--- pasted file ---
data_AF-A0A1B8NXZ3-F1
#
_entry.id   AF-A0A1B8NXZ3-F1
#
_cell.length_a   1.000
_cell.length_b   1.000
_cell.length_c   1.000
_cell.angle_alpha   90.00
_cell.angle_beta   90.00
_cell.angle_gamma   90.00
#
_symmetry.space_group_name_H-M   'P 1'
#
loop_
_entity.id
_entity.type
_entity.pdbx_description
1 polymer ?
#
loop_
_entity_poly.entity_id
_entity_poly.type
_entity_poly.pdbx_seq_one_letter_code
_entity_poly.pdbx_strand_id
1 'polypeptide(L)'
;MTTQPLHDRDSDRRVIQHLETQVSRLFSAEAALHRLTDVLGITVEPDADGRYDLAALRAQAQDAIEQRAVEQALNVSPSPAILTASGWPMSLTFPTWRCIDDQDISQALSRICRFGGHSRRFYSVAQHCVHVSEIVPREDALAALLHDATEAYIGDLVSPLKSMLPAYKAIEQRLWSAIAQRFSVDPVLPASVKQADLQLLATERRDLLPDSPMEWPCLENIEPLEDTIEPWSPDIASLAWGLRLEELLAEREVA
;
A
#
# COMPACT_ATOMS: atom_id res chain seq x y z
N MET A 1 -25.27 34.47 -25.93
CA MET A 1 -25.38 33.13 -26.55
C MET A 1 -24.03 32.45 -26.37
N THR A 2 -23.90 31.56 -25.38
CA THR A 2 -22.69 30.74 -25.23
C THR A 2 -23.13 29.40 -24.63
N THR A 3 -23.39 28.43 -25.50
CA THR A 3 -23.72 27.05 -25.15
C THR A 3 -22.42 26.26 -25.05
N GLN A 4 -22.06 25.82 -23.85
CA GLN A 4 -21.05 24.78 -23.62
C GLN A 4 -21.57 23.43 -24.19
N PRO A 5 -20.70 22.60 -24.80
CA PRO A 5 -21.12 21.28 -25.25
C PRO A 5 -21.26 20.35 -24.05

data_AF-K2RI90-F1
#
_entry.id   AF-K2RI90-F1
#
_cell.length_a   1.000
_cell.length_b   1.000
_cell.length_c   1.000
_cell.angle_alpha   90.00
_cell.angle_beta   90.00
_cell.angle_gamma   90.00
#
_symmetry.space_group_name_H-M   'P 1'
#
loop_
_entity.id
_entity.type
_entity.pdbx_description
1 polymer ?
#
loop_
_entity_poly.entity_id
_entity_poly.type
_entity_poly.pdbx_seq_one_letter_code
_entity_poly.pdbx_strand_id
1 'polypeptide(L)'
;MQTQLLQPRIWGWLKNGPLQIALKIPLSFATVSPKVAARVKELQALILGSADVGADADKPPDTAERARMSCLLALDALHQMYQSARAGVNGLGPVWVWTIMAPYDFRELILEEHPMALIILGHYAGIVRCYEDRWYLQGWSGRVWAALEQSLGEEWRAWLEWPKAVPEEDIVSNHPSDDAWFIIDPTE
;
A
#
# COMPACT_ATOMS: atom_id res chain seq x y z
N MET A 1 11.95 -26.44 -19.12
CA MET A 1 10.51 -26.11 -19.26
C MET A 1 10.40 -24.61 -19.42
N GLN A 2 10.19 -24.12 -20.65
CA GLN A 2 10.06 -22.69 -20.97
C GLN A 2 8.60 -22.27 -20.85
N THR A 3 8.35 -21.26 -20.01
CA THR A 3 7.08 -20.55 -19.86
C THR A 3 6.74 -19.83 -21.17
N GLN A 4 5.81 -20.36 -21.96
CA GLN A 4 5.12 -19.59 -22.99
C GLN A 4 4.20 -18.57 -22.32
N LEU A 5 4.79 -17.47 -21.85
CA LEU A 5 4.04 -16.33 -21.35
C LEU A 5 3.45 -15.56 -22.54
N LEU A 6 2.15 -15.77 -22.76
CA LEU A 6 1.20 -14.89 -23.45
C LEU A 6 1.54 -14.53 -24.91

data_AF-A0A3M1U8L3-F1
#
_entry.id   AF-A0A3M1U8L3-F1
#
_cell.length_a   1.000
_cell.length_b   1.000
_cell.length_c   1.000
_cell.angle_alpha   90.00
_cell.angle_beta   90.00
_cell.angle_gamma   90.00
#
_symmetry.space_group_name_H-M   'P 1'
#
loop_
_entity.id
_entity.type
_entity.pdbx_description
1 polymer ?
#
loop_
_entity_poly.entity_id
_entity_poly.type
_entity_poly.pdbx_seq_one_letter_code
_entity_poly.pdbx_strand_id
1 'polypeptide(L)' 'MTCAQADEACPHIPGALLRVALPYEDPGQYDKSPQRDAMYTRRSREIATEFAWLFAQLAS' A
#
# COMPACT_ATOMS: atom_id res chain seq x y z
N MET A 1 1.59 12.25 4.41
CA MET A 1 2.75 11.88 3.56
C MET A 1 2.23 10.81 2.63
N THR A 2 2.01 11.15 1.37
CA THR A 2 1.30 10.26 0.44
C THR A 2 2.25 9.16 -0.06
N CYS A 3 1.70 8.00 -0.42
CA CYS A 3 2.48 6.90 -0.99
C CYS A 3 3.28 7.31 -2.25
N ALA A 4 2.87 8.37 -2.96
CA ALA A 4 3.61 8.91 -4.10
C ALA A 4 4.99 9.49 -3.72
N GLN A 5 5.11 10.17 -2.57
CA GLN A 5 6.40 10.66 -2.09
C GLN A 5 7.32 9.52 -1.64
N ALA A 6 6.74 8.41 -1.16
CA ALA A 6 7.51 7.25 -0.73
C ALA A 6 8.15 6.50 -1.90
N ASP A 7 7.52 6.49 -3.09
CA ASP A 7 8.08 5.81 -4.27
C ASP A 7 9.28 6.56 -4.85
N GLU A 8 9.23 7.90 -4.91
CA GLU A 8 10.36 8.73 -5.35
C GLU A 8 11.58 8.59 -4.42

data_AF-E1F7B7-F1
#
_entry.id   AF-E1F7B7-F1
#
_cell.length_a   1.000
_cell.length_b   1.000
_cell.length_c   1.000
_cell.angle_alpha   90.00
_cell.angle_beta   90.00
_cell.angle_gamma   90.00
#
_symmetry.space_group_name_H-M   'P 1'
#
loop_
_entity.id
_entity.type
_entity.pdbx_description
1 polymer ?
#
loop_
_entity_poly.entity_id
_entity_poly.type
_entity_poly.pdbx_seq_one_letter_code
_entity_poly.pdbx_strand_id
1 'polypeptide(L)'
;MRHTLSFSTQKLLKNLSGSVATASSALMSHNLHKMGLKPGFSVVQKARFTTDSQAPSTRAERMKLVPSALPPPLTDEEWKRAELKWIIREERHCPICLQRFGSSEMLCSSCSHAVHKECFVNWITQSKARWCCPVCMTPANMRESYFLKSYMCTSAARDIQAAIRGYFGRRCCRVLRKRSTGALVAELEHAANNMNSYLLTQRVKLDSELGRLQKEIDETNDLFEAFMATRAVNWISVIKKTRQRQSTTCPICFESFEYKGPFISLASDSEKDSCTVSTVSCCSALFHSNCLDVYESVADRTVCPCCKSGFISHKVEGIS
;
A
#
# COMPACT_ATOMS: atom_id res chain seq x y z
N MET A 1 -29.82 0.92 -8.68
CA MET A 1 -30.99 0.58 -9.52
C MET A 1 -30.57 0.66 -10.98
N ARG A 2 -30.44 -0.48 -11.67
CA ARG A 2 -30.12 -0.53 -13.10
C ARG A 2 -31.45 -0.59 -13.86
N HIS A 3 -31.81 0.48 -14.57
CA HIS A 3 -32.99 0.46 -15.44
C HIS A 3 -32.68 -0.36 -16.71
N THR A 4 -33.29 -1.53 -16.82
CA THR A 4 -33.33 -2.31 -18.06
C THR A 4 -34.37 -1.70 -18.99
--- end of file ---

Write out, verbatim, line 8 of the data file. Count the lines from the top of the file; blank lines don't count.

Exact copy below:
_cell.angle_alpha   90.00